If you haven’t yet experienced the heartbreak and rage that swept the Internet at the news of Lacey Chabert’s sister’s death, you can still watch the web outrage as playwright Brook Lawrence’s post on her Instagram account went viral, directly inciting Lacey Chabert to release a statement about her loss. Lawrence expressed grief over the loss of her longtime friend Sara Chabert, saying that Lacey Chabert called her immediately after they saw the social media litigator’s post. “I received a message from her just this morning,” Lawrence told PEOPLE. “It was her way of saying, ‘I’m really sorry, I couldn’t get through to you last night.’ I know that she [Kaitlin] was a very close friend of hers. So I think that having a connection with your friends like that is incredibly important.”
Sara Chabert died Friday at the age of 47 from cancer. She was also an actress; most famous for her role as the delightfully annoying Sammie Jo in “Mean Girls,” she was one of the original three Baywatch Bayside girls, Mel/Baby, and to a lesser extent, Summer.
Bayside fans are still upset about the expiration of the ladies’ time on the beach, especially because Mel/Baby and Summer died far too young. Tara Reid has come forward to defend Mel/Baby’s role in Baywatch, and the hit series fans have watched since 2001: Stephanie Holden for one, Toni Collette for another. But the worry is that the lack of a central character from the Sammie Jo heartthrob is a core reason for the lack of a “heartthrob” in the sequel, “Baywatch.” I don’t care how cool Stephanie Holden looks in those red swimsuits, and I didn’t tune in to “Baywatch” for her weird baby version of Summer. And that’s the problem with a sequel that promises to be “more intense,” “more sexy,” and “more action packed” (because “Sex & the City” failed to meet those goals, apparently) but barely tweaks the formula while adding a tiny superficial cosmetic change. (By that, I mean that in theory, turning over 80 percent of the cast from the original to a new bunch was a good idea, but since these were going to be women and girls, a lack of ability to actual “rock that” is a problem).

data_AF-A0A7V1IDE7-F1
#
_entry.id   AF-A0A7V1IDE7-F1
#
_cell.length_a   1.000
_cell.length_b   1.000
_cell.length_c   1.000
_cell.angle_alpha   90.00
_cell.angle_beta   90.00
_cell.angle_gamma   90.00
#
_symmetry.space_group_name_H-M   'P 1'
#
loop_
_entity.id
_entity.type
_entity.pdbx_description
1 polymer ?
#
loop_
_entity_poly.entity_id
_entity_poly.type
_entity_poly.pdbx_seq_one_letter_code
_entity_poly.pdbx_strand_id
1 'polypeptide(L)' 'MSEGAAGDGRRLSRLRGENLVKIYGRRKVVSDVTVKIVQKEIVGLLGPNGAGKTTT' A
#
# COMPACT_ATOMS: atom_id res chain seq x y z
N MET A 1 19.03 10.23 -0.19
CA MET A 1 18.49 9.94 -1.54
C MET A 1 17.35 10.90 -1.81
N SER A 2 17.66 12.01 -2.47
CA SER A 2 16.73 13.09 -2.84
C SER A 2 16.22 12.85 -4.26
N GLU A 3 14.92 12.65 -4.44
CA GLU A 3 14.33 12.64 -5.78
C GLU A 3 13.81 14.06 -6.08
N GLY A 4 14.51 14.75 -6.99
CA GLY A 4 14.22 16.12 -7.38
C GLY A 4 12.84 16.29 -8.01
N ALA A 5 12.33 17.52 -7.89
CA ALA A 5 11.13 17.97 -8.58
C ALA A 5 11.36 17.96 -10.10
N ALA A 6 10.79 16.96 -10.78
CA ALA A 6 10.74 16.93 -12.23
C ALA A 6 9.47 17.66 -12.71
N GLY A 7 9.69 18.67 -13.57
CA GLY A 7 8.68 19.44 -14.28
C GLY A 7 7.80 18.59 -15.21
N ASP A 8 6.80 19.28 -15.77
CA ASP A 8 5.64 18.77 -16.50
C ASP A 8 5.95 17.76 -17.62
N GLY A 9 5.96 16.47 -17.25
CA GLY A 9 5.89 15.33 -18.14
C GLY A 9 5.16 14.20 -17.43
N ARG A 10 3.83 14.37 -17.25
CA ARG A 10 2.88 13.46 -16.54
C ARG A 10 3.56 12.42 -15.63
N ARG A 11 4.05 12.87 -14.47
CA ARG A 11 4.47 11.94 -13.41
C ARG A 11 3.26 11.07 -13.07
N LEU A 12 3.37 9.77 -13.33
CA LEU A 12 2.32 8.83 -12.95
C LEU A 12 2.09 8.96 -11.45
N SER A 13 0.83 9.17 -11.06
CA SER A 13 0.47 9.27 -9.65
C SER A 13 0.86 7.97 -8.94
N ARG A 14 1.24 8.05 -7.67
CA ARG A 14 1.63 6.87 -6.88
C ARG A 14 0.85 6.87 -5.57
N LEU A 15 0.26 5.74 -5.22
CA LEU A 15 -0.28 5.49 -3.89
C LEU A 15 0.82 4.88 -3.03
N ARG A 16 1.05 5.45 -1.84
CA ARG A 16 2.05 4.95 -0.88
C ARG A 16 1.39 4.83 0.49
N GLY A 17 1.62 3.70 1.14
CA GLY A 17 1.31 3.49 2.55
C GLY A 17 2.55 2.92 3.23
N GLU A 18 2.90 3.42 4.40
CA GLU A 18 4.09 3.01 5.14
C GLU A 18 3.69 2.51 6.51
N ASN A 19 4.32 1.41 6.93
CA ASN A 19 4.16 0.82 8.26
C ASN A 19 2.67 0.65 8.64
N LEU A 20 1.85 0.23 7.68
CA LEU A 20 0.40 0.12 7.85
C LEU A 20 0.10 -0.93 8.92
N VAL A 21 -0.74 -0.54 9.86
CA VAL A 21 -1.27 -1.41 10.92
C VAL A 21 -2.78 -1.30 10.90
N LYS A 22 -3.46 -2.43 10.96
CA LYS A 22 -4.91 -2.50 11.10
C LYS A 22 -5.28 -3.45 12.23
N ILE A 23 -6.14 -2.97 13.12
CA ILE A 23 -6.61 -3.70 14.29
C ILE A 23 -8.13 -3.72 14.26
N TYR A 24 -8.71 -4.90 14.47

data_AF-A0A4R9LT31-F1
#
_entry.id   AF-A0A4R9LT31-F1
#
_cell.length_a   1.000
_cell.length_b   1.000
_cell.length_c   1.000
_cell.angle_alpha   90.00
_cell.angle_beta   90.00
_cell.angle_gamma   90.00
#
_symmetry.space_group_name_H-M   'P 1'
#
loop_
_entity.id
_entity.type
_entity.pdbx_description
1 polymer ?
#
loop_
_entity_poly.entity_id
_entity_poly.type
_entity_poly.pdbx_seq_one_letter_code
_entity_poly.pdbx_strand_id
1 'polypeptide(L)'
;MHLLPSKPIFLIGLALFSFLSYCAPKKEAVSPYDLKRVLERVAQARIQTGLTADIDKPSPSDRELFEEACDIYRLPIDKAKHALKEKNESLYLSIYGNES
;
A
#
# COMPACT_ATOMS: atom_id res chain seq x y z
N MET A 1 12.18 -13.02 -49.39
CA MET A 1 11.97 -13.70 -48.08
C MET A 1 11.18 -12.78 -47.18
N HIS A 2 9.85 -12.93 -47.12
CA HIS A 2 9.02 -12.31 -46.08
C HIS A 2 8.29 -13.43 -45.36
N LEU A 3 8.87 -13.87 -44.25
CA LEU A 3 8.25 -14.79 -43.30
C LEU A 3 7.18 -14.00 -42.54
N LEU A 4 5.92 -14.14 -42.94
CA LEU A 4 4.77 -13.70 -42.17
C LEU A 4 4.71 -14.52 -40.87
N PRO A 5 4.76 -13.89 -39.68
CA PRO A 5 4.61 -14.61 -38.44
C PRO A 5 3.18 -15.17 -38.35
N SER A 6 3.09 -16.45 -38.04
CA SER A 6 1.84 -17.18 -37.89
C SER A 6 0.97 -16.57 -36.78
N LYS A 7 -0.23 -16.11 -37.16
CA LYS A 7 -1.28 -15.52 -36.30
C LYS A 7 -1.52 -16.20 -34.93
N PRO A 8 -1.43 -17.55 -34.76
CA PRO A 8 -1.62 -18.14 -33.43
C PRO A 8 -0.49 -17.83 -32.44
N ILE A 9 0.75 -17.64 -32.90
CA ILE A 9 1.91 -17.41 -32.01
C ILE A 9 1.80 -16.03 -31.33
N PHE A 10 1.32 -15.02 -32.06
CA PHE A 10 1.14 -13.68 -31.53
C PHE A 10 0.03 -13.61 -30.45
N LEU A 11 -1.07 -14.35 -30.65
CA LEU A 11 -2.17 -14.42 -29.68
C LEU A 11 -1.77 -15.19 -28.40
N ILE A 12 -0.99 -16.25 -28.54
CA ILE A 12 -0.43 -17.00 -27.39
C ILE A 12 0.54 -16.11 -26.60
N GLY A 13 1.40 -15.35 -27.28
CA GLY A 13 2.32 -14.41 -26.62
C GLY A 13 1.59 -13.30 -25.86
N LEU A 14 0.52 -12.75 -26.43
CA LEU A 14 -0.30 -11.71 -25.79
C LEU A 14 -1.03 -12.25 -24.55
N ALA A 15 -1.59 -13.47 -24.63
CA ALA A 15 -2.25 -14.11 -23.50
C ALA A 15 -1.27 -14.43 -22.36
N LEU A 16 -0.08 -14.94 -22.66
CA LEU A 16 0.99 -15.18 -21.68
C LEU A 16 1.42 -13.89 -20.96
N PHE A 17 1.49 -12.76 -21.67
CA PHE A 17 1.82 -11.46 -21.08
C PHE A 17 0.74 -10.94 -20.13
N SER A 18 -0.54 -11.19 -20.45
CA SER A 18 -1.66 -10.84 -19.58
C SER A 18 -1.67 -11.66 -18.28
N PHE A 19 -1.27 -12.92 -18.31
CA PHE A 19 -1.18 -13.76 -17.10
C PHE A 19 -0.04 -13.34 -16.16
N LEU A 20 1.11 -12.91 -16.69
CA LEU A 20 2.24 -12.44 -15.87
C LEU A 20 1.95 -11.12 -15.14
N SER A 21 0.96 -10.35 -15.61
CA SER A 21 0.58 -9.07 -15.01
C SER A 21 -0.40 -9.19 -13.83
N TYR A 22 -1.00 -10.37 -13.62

As the news of Sara Chabert’s death spread, Twitter users continued to highlight the tragedy and anger at her passing, from angry fan reactions to messages from people on display at fancy fundraisers about how much they valued their “journey” and the courage they’ve experienced. “Omg im really shocked about @kaitlinchabert lost her sister 2 days ago, i just texted her! My heart is broken for her. Great friends and family,” tweeted Chabert’s “Mean Girls” costar Lacey Chabert. (This is exactly what you don’t want to hear from an actor; in fact, you don’t want to hear this much at all, as the death of a loved one is a shattering event that shouldn’t make you sad about something you feel strongly about anyway.)